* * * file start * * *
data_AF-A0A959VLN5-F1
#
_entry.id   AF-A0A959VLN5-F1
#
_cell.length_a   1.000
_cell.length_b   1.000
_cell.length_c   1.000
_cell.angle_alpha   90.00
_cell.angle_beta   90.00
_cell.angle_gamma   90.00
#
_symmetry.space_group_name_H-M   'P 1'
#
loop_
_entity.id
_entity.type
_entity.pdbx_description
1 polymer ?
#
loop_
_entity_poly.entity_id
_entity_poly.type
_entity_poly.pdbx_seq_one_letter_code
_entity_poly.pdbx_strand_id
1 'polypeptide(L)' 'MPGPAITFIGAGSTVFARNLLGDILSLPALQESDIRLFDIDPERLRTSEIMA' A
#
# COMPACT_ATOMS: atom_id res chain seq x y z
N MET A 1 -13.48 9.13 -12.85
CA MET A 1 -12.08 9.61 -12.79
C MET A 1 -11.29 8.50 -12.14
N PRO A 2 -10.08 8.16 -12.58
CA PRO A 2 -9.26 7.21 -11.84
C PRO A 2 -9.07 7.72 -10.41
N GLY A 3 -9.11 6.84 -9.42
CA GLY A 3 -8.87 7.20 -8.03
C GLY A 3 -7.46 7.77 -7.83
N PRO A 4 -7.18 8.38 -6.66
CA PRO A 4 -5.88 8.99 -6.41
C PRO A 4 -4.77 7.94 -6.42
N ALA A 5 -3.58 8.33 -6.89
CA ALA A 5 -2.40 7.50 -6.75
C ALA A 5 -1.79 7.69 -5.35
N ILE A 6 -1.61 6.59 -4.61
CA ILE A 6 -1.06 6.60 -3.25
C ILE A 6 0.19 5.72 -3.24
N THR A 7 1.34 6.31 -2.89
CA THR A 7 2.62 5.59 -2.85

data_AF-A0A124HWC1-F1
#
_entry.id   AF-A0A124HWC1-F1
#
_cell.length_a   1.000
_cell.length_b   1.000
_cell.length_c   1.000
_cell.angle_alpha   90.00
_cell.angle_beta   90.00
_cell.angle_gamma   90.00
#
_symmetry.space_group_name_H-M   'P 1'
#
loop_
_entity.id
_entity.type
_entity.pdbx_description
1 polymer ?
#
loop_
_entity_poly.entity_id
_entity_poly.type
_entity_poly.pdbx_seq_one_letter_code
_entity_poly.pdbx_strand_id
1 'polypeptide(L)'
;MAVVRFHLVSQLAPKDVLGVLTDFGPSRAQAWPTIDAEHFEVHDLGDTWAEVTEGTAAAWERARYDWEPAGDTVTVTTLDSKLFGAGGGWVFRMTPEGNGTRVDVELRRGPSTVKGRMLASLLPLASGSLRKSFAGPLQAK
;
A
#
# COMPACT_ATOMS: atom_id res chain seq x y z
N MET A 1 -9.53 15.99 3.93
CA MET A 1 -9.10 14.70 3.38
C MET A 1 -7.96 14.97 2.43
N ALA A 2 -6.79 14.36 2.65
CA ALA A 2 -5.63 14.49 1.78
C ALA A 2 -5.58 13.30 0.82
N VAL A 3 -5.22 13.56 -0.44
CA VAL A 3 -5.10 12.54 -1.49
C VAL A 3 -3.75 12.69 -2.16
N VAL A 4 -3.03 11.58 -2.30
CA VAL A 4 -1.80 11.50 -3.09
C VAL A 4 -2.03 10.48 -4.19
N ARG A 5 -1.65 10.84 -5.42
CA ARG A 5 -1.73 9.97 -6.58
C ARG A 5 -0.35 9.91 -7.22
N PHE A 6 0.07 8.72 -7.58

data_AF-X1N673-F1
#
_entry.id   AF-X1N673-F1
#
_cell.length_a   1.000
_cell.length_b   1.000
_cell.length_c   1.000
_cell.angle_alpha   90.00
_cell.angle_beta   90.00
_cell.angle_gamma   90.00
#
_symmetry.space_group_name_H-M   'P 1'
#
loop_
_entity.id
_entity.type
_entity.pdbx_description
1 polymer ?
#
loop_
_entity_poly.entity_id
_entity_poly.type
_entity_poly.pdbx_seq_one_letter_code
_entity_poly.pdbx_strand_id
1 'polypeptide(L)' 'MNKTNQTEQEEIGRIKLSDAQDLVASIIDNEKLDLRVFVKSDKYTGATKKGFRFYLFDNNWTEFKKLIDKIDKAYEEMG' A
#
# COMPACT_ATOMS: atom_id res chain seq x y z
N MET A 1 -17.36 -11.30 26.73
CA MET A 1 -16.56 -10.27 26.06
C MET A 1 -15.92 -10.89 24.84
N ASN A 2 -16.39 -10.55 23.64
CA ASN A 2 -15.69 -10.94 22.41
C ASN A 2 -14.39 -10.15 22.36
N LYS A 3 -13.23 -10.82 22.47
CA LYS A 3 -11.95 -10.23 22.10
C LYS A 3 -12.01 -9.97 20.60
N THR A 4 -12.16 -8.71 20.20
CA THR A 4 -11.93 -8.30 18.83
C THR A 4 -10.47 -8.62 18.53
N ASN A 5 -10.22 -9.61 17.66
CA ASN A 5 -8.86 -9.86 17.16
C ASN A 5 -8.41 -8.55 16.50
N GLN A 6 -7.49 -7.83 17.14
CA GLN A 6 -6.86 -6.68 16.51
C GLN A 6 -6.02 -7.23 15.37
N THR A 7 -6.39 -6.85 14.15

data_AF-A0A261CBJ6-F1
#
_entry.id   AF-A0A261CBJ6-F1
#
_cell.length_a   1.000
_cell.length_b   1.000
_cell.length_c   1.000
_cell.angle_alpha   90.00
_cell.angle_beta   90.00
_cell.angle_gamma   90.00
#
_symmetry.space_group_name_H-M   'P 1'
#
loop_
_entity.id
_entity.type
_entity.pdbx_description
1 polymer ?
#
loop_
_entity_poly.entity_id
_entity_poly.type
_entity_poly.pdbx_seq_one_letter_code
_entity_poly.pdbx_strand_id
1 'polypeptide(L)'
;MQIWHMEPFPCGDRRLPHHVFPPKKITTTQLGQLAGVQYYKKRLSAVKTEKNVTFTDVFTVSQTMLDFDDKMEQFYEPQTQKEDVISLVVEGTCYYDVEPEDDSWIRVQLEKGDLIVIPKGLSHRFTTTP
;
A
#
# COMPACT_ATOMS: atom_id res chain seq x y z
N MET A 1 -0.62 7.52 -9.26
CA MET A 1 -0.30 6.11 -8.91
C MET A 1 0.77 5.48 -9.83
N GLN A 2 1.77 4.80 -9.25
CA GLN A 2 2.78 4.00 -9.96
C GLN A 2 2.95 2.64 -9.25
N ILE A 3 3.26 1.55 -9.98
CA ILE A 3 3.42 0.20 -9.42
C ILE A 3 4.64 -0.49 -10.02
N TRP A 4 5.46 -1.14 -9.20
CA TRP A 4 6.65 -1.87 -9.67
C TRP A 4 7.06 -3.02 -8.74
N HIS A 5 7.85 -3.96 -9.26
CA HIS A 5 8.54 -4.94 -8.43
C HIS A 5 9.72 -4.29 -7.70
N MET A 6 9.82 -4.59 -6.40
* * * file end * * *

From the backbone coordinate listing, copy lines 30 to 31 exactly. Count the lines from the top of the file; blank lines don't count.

C MET A 1 -11.29 8.50 -12.14
N PRO A 2 -10.08 8.16 -12.58